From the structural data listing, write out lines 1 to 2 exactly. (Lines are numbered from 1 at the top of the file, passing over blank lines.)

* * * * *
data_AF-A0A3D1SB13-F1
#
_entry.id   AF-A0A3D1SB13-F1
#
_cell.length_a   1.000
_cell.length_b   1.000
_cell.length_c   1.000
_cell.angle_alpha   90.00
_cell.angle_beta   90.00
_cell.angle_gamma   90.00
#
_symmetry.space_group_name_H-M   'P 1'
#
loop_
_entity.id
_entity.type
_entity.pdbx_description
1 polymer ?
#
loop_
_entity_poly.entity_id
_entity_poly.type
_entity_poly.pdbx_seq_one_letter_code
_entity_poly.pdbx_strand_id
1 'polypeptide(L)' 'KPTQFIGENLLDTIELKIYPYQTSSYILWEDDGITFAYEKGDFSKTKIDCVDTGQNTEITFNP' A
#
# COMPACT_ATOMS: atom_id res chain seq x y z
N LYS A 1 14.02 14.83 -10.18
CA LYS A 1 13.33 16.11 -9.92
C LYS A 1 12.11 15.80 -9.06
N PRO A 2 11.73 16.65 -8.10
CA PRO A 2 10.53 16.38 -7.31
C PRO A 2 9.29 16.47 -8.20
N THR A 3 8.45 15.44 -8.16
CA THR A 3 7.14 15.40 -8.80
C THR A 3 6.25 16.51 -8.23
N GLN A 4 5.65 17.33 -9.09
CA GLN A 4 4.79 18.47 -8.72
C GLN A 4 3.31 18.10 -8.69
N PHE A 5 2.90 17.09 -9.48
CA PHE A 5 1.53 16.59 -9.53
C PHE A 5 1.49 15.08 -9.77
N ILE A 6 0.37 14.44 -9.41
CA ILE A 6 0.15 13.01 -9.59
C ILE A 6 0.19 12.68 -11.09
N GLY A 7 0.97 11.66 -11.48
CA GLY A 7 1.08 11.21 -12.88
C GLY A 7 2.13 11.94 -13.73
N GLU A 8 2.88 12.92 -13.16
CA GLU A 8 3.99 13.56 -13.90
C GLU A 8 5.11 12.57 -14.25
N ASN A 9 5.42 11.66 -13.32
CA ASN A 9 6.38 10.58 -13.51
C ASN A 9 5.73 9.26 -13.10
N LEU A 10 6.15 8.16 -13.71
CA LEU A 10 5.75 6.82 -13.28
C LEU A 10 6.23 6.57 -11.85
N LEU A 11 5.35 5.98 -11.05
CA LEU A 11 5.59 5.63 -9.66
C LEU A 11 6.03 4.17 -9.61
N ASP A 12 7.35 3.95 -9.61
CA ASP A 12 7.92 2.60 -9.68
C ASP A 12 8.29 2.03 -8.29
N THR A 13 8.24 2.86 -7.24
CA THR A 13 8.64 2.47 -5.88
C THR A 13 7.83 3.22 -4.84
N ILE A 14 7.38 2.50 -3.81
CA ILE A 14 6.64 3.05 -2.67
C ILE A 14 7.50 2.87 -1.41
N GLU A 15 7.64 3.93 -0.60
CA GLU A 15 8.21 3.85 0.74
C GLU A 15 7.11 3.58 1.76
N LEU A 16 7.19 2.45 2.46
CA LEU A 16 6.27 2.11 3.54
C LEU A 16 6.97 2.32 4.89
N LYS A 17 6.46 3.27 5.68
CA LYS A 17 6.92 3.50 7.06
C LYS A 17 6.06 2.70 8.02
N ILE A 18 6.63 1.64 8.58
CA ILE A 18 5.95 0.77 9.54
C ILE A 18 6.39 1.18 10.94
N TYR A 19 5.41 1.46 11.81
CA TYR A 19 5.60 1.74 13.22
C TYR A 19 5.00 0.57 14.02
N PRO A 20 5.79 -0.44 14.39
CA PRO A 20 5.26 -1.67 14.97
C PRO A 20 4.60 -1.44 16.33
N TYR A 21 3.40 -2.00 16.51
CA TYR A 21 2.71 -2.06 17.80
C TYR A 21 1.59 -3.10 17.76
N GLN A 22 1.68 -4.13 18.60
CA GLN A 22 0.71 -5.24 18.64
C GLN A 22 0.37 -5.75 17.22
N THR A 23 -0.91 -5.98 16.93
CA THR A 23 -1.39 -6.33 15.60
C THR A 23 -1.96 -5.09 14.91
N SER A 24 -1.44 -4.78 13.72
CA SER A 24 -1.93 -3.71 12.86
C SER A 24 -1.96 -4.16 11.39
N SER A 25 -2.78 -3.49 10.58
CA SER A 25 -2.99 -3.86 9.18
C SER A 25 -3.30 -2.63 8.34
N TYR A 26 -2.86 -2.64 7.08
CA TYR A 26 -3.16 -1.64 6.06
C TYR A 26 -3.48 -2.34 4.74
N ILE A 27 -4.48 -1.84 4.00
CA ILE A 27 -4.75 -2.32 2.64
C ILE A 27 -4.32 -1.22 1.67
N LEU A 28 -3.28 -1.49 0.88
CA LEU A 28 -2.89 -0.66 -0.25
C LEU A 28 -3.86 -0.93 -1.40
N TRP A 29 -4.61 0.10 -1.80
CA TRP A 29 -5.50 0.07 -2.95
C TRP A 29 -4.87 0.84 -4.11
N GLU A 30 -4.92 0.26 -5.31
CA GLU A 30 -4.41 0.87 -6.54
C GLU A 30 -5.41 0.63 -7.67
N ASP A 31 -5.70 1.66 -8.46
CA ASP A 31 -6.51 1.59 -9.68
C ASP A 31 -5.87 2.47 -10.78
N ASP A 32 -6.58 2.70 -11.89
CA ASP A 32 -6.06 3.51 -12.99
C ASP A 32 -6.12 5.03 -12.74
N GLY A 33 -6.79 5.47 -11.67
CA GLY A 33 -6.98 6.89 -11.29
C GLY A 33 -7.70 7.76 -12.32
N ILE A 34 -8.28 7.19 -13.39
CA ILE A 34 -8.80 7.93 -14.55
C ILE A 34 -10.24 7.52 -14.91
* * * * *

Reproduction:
data_AF-A0A3D1SB13-F1
#